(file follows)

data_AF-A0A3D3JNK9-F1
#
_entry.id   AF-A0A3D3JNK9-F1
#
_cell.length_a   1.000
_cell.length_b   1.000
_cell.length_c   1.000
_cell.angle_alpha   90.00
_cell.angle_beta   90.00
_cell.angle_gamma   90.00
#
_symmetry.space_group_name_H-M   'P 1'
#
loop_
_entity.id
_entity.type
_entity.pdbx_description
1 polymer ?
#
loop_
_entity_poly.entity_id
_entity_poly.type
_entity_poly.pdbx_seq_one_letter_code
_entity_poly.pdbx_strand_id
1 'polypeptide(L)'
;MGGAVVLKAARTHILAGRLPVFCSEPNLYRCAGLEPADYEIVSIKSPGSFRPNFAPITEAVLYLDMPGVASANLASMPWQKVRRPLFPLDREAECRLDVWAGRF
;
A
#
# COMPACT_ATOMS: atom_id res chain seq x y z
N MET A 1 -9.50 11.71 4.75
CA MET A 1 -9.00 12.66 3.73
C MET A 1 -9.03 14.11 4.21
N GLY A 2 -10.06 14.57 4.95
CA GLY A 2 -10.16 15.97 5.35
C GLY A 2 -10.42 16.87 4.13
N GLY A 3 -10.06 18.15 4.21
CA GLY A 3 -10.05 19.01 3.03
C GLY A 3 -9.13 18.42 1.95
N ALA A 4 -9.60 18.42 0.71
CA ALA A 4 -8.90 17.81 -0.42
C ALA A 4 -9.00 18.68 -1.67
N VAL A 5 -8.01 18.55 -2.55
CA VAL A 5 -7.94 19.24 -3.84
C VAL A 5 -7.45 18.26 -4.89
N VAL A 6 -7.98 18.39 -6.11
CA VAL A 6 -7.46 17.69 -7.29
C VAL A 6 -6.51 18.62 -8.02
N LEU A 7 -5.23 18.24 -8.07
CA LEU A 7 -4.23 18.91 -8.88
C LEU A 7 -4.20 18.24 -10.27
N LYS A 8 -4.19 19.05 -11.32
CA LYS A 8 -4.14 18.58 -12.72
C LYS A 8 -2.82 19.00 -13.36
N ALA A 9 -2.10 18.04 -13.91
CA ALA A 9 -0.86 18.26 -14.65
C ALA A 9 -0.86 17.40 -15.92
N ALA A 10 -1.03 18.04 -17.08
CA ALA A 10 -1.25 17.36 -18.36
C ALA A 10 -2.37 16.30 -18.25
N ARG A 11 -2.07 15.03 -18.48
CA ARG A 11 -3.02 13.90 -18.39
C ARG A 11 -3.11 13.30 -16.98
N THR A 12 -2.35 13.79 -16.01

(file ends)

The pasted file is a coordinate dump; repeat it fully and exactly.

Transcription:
data_AF-A0A3D3JNK9-F1
#
_entry.id   AF-A0A3D3JNK9-F1
#
_cell.length_a   1.000
_cell.length_b   1.000
_cell.length_c   1.000
_cell.angle_alpha   90.00
_cell.angle_beta   90.00
_cell.angle_gamma   90.00
#
_symmetry.space_group_name_H-M   'P 1'
#
loop_
_entity.id
_entity.type
_entity.pdbx_description
1 polymer ?
#
loop_
_entity_poly.entity_id
_entity_poly.type
_entity_poly.pdbx_seq_one_letter_code
_entity_poly.pdbx_strand_id
1 'polypeptide(L)'
;MGGAVVLKAARTHILAGRLPVFCSEPNLYRCAGLEPADYEIVSIKSPGSFRPNFAPITEAVLYLDMPGVASANLASMPWQKVRRPLFPLDREAECRLDVWAGRF
;
A
#
# COMPACT_ATOMS: atom_id res chain seq x y z
N MET A 1 -9.50 11.71 4.75
CA MET A 1 -9.00 12.66 3.73
C MET A 1 -9.03 14.11 4.21
N GLY A 2 -10.06 14.57 4.95
CA GLY A 2 -10.16 15.97 5.35
C GLY A 2 -10.42 16.87 4.13
N GLY A 3 -10.06 18.15 4.21
CA GLY A 3 -10.05 19.01 3.03
C GLY A 3 -9.13 18.42 1.95
N ALA A 4 -9.60 18.42 0.71
CA ALA A 4 -8.90 17.81 -0.42
C ALA A 4 -9.00 18.68 -1.67
N VAL A 5 -8.01 18.55 -2.55
CA VAL A 5 -7.94 19.24 -3.84
C VAL A 5 -7.45 18.26 -4.89
N VAL A 6 -7.98 18.39 -6.11
CA VAL A 6 -7.46 17.69 -7.29
C VAL A 6 -6.51 18.62 -8.02
N LEU A 7 -5.23 18.24 -8.07
CA LEU A 7 -4.23 18.91 -8.88
C LEU A 7 -4.20 18.24 -10.27
N LYS A 8 -4.19 19.05 -11.32
CA LYS A 8 -4.14 18.58 -12.72
C LYS A 8 -2.82 19.00 -13.36
N ALA A 9 -2.10 18.04 -13.91
CA ALA A 9 -0.86 18.26 -14.65
C ALA A 9 -0.86 17.40 -15.92
N ALA A 10 -1.03 18.04 -17.08
CA ALA A 10 -1.25 17.36 -18.36
C ALA A 10 -2.37 16.30 -18.25
N ARG A 11 -2.07 15.03 -18.48
CA ARG A 11 -3.02 13.90 -18.39
C ARG A 11 -3.11 13.30 -16.98
N THR A 12 -2.35 13.79 -16.01